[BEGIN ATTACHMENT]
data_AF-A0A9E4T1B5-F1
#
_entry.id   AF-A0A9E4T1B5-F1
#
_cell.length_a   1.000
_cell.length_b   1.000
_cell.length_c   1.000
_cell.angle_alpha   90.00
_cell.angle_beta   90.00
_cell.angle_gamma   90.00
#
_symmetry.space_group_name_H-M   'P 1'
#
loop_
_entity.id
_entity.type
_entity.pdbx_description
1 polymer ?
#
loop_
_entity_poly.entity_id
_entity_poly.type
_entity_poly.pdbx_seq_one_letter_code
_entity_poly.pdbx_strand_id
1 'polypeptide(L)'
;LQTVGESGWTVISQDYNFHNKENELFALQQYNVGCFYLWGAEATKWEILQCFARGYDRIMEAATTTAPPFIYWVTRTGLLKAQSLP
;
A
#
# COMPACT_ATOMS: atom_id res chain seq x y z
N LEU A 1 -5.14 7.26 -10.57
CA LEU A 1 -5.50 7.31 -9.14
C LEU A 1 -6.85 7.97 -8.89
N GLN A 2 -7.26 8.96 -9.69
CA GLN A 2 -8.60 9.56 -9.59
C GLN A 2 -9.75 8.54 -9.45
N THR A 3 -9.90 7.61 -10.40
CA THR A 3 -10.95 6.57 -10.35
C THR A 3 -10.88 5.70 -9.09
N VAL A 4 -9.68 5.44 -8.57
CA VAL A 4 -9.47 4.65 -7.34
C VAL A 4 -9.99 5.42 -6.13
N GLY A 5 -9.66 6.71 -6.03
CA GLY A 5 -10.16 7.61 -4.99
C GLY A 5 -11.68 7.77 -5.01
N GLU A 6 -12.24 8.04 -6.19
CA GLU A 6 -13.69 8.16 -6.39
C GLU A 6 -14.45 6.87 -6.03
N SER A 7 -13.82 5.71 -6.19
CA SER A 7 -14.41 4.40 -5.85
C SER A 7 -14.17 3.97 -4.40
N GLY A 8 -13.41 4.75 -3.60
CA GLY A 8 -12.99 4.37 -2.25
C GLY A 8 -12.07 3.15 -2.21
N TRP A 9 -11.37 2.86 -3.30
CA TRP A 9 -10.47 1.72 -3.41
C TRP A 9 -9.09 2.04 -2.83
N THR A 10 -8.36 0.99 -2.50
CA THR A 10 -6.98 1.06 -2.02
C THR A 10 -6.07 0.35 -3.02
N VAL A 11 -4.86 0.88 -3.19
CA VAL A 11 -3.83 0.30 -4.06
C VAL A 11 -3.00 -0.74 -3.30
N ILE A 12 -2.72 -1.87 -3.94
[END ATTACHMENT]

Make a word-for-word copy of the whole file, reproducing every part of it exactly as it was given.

data_AF-A0A9E4T1B5-F1
#
_entry.id   AF-A0A9E4T1B5-F1
#
_cell.length_a   1.000
_cell.length_b   1.000
_cell.length_c   1.000
_cell.angle_alpha   90.00
_cell.angle_beta   90.00
_cell.angle_gamma   90.00
#
_symmetry.space_group_name_H-M   'P 1'
#
loop_
_entity.id
_entity.type
_entity.pdbx_description
1 polymer ?
#
loop_
_entity_poly.entity_id
_entity_poly.type
_entity_poly.pdbx_seq_one_letter_code
_entity_poly.pdbx_strand_id
1 'polypeptide(L)'
;LQTVGESGWTVISQDYNFHNKENELFALQQYNVGCFYLWGAEATKWEILQCFARGYDRIMEAATTTAPPFIYWVTRTGLLKAQSLP
;
A
#
# COMPACT_ATOMS: atom_id res chain seq x y z
N LEU A 1 -5.14 7.26 -10.57
CA LEU A 1 -5.50 7.31 -9.14
C LEU A 1 -6.85 7.97 -8.89
N GLN A 2 -7.26 8.96 -9.69
CA GLN A 2 -8.60 9.56 -9.59
C GLN A 2 -9.75 8.54 -9.45
N THR A 3 -9.90 7.61 -10.40
CA THR A 3 -10.95 6.57 -10.35
C THR A 3 -10.88 5.70 -9.09
N VAL A 4 -9.68 5.44 -8.57
CA VAL A 4 -9.47 4.65 -7.34
C VAL A 4 -9.99 5.42 -6.13
N GLY A 5 -9.66 6.71 -6.03
CA GLY A 5 -10.16 7.61 -4.99
C GLY A 5 -11.68 7.77 -5.01
N GLU A 6 -12.24 8.04 -6.19
CA GLU A 6 -13.69 8.16 -6.39
C GLU A 6 -14.45 6.87 -6.03
N SER A 7 -13.82 5.71 -6.19
CA SER A 7 -14.41 4.40 -5.85
C SER A 7 -14.17 3.97 -4.40
N GLY A 8 -13.41 4.75 -3.60
CA GLY A 8 -12.99 4.37 -2.25
C GLY A 8 -12.07 3.15 -2.21
N TRP A 9 -11.37 2.86 -3.30
CA TRP A 9 -10.47 1.72 -3.41
C TRP A 9 -9.09 2.04 -2.83
N THR A 10 -8.36 0.99 -2.50
CA THR A 10 -6.98 1.06 -2.02
C THR A 10 -6.07 0.35 -3.02
N VAL A 11 -4.86 0.88 -3.19
CA VAL A 11 -3.83 0.30 -4.06
C VAL A 11 -3.00 -0.74 -3.30
N ILE A 12 -2.72 -1.87 -3.94